Fatherly’s Letters to Boys project offers boys (and the men raising them) guidance in the form of heartfelt advice given generously by great men who show us how to take that crucial first step in confronting seemingly unsolvable issues — by offering honest words. Read all the letters here, or share your own.
When I was a kid, my dad talked a lot about the good days. Those days preceded the birth of his four kids and medical school. During the good days, my father was a paratrooper in the 9th Shock Commando Unit of the French secret services. He jumped out of planes and blew up tanks. He served. He had dreamt of becoming a pilot — as a child he could tell Messerschmitts from Spitfires — but he had a blown eardrum so he had to settle for jumping out of planes rather than flying them.
My dad was born in 1939. Those post-WWII years were a time of duty, not self-actualization. He did the right things, providing for his family, saving lives as a doctor, furthering medicine with his research, and leading a good life by the standards of the time. But he had many regrets. I admired him tremendously but learned early that I didn’t want to share that trait. I wanted to be airborne on my own terms.
My line of work is a dangerous one. That’s no small part of why I do it. It makes me feel scared, thrilled, and alive. My father wanted to do things that scared him and settled for things that didn’t. I live with fear and embrace it. It’s there to empower, not impair you.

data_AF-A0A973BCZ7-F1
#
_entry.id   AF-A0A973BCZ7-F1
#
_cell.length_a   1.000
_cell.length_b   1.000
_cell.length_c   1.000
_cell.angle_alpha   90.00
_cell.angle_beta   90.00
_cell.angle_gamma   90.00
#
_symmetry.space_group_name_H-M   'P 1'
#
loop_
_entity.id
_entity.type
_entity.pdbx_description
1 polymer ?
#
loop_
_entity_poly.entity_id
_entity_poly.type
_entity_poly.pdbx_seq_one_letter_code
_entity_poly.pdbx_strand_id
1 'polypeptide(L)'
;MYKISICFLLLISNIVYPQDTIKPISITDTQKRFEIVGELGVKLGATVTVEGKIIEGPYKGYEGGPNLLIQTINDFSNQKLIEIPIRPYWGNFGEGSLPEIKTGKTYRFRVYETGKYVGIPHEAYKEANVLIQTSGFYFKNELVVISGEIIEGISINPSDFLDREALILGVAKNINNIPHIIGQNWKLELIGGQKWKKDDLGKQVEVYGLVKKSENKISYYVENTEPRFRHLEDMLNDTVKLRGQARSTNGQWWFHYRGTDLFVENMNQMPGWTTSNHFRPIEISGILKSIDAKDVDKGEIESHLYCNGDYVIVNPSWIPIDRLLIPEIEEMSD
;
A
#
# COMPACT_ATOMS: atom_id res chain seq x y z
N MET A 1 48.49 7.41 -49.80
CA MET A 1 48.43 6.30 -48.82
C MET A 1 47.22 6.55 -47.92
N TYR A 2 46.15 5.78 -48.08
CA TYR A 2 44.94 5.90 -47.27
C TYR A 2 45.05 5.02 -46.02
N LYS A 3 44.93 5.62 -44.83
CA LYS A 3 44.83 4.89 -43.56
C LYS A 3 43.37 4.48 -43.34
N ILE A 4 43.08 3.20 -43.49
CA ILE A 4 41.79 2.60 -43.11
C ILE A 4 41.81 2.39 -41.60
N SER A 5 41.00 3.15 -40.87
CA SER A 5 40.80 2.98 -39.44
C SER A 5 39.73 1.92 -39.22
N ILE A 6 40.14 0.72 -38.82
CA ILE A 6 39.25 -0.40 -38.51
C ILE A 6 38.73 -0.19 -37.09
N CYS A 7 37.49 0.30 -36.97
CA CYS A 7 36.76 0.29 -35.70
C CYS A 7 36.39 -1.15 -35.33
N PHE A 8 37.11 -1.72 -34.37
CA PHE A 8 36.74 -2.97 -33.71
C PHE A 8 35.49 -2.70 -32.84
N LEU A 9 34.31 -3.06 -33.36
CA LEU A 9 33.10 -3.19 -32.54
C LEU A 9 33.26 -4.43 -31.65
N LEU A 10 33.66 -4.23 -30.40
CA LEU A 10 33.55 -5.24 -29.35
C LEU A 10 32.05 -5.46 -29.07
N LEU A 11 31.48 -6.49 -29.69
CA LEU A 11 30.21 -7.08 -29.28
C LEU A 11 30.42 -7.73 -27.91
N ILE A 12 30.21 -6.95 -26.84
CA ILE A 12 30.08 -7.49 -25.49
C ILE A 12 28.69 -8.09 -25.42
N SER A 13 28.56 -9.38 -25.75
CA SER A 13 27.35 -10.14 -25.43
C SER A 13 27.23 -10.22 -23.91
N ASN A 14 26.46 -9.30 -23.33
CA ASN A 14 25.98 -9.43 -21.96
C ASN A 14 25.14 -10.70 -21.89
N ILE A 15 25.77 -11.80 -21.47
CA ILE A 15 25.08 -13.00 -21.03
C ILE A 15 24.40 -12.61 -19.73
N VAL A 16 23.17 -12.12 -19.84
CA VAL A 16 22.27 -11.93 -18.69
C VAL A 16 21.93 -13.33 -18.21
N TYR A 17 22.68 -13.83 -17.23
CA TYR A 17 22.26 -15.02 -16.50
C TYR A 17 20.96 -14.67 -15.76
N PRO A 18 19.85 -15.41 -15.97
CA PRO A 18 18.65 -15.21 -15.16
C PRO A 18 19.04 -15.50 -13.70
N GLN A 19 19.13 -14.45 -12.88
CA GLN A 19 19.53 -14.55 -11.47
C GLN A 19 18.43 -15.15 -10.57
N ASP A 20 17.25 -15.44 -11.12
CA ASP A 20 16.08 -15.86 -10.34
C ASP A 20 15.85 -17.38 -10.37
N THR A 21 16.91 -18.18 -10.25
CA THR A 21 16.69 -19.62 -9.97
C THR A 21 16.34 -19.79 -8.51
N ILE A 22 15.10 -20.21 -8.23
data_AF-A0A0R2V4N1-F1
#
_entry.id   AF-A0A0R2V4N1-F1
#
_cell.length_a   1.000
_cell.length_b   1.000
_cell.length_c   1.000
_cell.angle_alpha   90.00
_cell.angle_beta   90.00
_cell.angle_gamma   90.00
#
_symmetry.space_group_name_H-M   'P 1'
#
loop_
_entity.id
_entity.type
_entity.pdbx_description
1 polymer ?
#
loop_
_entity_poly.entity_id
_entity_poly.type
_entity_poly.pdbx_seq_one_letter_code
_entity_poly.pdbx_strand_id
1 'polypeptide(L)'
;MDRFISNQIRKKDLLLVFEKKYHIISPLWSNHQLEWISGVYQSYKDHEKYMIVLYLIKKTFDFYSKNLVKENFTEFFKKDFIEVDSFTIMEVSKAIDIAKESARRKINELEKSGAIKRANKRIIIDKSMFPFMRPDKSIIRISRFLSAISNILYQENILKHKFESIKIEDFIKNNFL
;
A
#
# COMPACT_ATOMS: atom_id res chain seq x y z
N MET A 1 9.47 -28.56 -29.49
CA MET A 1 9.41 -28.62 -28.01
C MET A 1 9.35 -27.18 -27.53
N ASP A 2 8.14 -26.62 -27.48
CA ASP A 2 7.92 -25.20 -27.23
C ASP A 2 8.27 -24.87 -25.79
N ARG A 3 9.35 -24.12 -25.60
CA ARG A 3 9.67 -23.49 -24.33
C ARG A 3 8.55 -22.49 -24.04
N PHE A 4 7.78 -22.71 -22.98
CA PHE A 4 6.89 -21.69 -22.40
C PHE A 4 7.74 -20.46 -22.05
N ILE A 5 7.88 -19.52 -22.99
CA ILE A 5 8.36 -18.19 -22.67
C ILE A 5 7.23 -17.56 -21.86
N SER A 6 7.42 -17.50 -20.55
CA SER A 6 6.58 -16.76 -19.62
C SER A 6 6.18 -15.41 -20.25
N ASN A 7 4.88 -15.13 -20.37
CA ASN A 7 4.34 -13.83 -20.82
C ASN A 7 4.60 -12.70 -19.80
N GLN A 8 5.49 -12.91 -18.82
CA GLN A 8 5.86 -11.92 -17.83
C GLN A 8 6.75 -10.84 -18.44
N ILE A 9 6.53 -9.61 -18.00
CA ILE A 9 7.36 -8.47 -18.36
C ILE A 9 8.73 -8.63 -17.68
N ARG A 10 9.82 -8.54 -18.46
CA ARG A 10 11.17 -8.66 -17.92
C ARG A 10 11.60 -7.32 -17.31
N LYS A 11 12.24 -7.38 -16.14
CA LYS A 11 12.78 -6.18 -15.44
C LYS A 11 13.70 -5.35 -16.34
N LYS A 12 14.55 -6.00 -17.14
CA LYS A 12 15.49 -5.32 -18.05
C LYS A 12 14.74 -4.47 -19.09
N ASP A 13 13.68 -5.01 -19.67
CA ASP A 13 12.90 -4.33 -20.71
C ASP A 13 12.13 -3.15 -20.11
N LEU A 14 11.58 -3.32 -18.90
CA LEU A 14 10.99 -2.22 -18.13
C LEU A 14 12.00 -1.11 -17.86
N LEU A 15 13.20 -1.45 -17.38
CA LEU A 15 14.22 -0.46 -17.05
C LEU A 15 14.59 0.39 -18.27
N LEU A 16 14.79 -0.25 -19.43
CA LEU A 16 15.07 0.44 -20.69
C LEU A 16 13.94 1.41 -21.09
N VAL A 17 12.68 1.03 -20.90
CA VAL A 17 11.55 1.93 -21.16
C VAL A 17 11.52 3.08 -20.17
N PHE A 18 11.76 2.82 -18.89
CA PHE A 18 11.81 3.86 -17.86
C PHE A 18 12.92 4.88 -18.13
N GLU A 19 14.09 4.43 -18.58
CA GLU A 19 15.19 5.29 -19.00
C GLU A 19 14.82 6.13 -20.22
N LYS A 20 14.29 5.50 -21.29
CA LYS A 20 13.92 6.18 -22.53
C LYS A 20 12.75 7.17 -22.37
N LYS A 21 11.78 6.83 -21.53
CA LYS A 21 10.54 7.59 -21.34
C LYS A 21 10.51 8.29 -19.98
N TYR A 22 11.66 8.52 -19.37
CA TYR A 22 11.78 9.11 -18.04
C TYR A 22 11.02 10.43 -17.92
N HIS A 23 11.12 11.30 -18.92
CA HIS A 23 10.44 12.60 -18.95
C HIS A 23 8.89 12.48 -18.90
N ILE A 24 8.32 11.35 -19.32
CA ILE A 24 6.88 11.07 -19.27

I recall a BASE-jumping trip in the U.K. After jumping all night off bridges, silos, windmills and dodging security, we committed to one more jump off a 1,000-foot radio tower at sunrise. After climbing for an hour with no protection, I put my parachute on but struggled to relax due to mental and physical exhaustion. I shared my emotions with my jumping partner and told him, “I haven’t jumped an antenna in eight years; it’s kinda getting my heart going, honestly.” He answered, “That’s what we do it for.” Fear is good. It’s useful. It’s what motivates me to plan, manage my risk, and prepare myself. I face death every time I leave home to go big mountain skiing, ski mountaineering, or BASE jumping. But death is normal. A strong man accepts his mortality but isn’t defined by it. Every time I jump, I face death. I don’t pretend otherwise.
I was 18 when I lost my sister. Her death was traumatic, but it also gave me a push. The death of a loved one can be a gift, a reminder of the biggest emotions and challenges. I may die on a jump. I hope that if I do, you don’t think I abandoned you or become cautious yourself. If I die, please remember that I had the courage to reach for my goals, no matter how terrified I was.
Believe in the Best Men Can Be
I see so much of myself in you, especially as you drop into a half-pipe on your skateboard. You’re not like other 6-year-olds and that warms my heart. I know you will not settle for mediocrity in your life. You will make wise yet courageous decisions. Even now, I see you are stronger, sweeter, and way more compassionate than I am. You have a gift for understanding the world and your emotional intelligence will help you create yourself repeatedly over the years while impacting people around you positively.
No matter what happens and no matter the cost, get as much fulfillment as you can from life. Don’t ever apologize for how you feel. And don’t ever let fear stand between you and a passion. You are in charge of your own existence.
Matthias Giraud is a world-renowned BASE jumper, ski mountaineer, and ski-BASE jumper who recently successfully jumped off of the Pointe d’Areu in the Alps. His biopic, which includes snippets of the full letter he wrote to Sören before his latest, most dangerous jump, will be out this summer.